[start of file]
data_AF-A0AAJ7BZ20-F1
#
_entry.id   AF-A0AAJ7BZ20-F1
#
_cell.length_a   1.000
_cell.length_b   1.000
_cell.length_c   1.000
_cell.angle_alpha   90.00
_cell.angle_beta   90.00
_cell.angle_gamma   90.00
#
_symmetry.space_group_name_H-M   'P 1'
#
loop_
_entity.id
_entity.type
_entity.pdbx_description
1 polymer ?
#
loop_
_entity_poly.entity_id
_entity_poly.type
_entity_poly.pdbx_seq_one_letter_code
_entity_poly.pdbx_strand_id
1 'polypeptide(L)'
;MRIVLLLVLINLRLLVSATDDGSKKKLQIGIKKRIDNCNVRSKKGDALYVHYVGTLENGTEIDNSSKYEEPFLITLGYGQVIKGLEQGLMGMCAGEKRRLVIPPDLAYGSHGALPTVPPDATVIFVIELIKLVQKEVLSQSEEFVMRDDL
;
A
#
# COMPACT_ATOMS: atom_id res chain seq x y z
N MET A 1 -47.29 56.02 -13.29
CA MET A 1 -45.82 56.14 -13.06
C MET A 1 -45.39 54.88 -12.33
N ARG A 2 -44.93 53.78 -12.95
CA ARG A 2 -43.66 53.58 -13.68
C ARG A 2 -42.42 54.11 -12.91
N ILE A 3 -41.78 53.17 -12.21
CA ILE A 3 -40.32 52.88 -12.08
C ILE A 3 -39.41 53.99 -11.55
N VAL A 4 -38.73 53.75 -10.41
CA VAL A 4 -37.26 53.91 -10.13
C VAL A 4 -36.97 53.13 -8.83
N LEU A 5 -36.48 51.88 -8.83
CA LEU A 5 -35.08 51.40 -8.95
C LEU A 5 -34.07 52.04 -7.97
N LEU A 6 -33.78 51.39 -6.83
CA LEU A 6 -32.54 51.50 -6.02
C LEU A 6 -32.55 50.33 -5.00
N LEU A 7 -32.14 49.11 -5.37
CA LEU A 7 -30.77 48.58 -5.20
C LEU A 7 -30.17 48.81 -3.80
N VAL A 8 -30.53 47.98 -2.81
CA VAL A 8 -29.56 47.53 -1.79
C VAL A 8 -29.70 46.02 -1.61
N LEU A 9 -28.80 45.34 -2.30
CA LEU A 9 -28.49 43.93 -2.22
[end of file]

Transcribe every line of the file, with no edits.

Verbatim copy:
data_AF-A0AAJ7BZ20-F1
#
_entry.id   AF-A0AAJ7BZ20-F1
#
_cell.length_a   1.000
_cell.length_b   1.000
_cell.length_c   1.000
_cell.angle_alpha   90.00
_cell.angle_beta   90.00
_cell.angle_gamma   90.00
#
_symmetry.space_group_name_H-M   'P 1'
#
loop_
_entity.id
_entity.type
_entity.pdbx_description
1 polymer ?
#
loop_
_entity_poly.entity_id
_entity_poly.type
_entity_poly.pdbx_seq_one_letter_code
_entity_poly.pdbx_strand_id
1 'polypeptide(L)'
;MRIVLLLVLINLRLLVSATDDGSKKKLQIGIKKRIDNCNVRSKKGDALYVHYVGTLENGTEIDNSSKYEEPFLITLGYGQVIKGLEQGLMGMCAGEKRRLVIPPDLAYGSHGALPTVPPDATVIFVIELIKLVQKEVLSQSEEFVMRDDL
;
A
#
# COMPACT_ATOMS: atom_id res chain seq x y z
N MET A 1 -47.29 56.02 -13.29
CA MET A 1 -45.82 56.14 -13.06
C MET A 1 -45.39 54.88 -12.33
N ARG A 2 -44.93 53.78 -12.95
CA ARG A 2 -43.66 53.58 -13.68
C ARG A 2 -42.42 54.11 -12.91
N ILE A 3 -41.78 53.17 -12.21
CA ILE A 3 -40.32 52.88 -12.08
C ILE A 3 -39.41 53.99 -11.55
N VAL A 4 -38.73 53.75 -10.41
CA VAL A 4 -37.26 53.91 -10.13
C VAL A 4 -36.97 53.13 -8.83
N LEU A 5 -36.48 51.88 -8.83
CA LEU A 5 -35.08 51.40 -8.95
C LEU A 5 -34.07 52.04 -7.97
N LEU A 6 -33.78 51.39 -6.83
CA LEU A 6 -32.54 51.50 -6.02
C LEU A 6 -32.55 50.33 -5.00
N LEU A 7 -32.14 49.11 -5.37
CA LEU A 7 -30.77 48.58 -5.20
C LEU A 7 -30.17 48.81 -3.80
N VAL A 8 -30.53 47.98 -2.81
CA VAL A 8 -29.56 47.53 -1.79
C VAL A 8 -29.70 46.02 -1.61
N LEU A 9 -28.80 45.34 -2.30
CA LEU A 9 -28.49 43.93 -2.22